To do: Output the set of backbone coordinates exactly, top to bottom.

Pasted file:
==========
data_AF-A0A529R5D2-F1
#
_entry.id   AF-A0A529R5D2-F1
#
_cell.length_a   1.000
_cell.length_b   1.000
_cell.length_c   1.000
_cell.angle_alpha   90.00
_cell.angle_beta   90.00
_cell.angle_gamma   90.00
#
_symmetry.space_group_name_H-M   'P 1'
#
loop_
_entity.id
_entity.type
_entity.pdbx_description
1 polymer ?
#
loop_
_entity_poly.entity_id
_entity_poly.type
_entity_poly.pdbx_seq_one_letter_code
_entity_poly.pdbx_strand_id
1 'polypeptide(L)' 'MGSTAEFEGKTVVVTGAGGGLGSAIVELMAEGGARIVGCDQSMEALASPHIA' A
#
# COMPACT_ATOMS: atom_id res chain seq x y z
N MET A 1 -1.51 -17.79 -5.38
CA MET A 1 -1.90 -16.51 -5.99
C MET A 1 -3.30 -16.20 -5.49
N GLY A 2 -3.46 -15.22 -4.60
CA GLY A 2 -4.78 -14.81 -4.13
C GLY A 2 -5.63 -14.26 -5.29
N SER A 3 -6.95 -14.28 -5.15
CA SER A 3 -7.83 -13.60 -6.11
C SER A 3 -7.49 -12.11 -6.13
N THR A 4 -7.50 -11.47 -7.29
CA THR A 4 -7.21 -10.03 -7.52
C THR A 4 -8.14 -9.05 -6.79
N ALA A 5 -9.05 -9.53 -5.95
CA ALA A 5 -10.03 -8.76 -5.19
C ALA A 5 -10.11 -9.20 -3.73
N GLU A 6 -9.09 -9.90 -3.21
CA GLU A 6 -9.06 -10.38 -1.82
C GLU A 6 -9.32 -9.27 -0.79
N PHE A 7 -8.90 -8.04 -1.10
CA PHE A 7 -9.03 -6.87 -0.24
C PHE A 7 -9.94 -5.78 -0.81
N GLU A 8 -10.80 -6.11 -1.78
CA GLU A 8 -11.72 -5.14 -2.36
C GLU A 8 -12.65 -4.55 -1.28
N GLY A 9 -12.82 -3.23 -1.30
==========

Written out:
data_AF-A0A529R5D2-F1
#
_entry.id   AF-A0A529R5D2-F1
#
_cell.length_a   1.000
_cell.length_b   1.000
_cell.length_c   1.000
_cell.angle_alpha   90.00
_cell.angle_beta   90.00
_cell.angle_gamma   90.00
#
_symmetry.space_group_name_H-M   'P 1'
#
loop_
_entity.id
_entity.type
_entity.pdbx_description
1 polymer ?
#
loop_
_entity_poly.entity_id
_entity_poly.type
_entity_poly.pdbx_seq_one_letter_code
_entity_poly.pdbx_strand_id
1 'polypeptide(L)' 'MGSTAEFEGKTVVVTGAGGGLGSAIVELMAEGGARIVGCDQSMEALASPHIA' A
#
# COMPACT_ATOMS: atom_id res chain seq x y z
N MET A 1 -1.51 -17.79 -5.38
CA MET A 1 -1.90 -16.51 -5.99
C MET A 1 -3.30 -16.20 -5.49
N GLY A 2 -3.46 -15.22 -4.60
CA GLY A 2 -4.78 -14.81 -4.13
C GLY A 2 -5.63 -14.26 -5.29
N SER A 3 -6.95 -14.28 -5.15
CA SER A 3 -7.83 -13.60 -6.11
C SER A 3 -7.49 -12.11 -6.13
N THR A 4 -7.50 -11.47 -7.29
CA THR A 4 -7.21 -10.03 -7.52
C THR A 4 -8.14 -9.05 -6.79
N ALA A 5 -9.05 -9.53 -5.95
CA ALA A 5 -10.03 -8.76 -5.19
C ALA A 5 -10.11 -9.20 -3.73
N GLU A 6 -9.09 -9.90 -3.21
CA GLU A 6 -9.06 -10.38 -1.82
C GLU A 6 -9.32 -9.27 -0.79
N PHE A 7 -8.90 -8.04 -1.10
CA PHE A 7 -9.03 -6.87 -0.24
C PHE A 7 -9.94 -5.78 -0.81
N GLU A 8 -10.80 -6.11 -1.78
CA GLU A 8 -11.72 -5.14 -2.36
C GLU A 8 -12.65 -4.55 -1.28
N GLY A 9 -12.82 -3.23 -1.30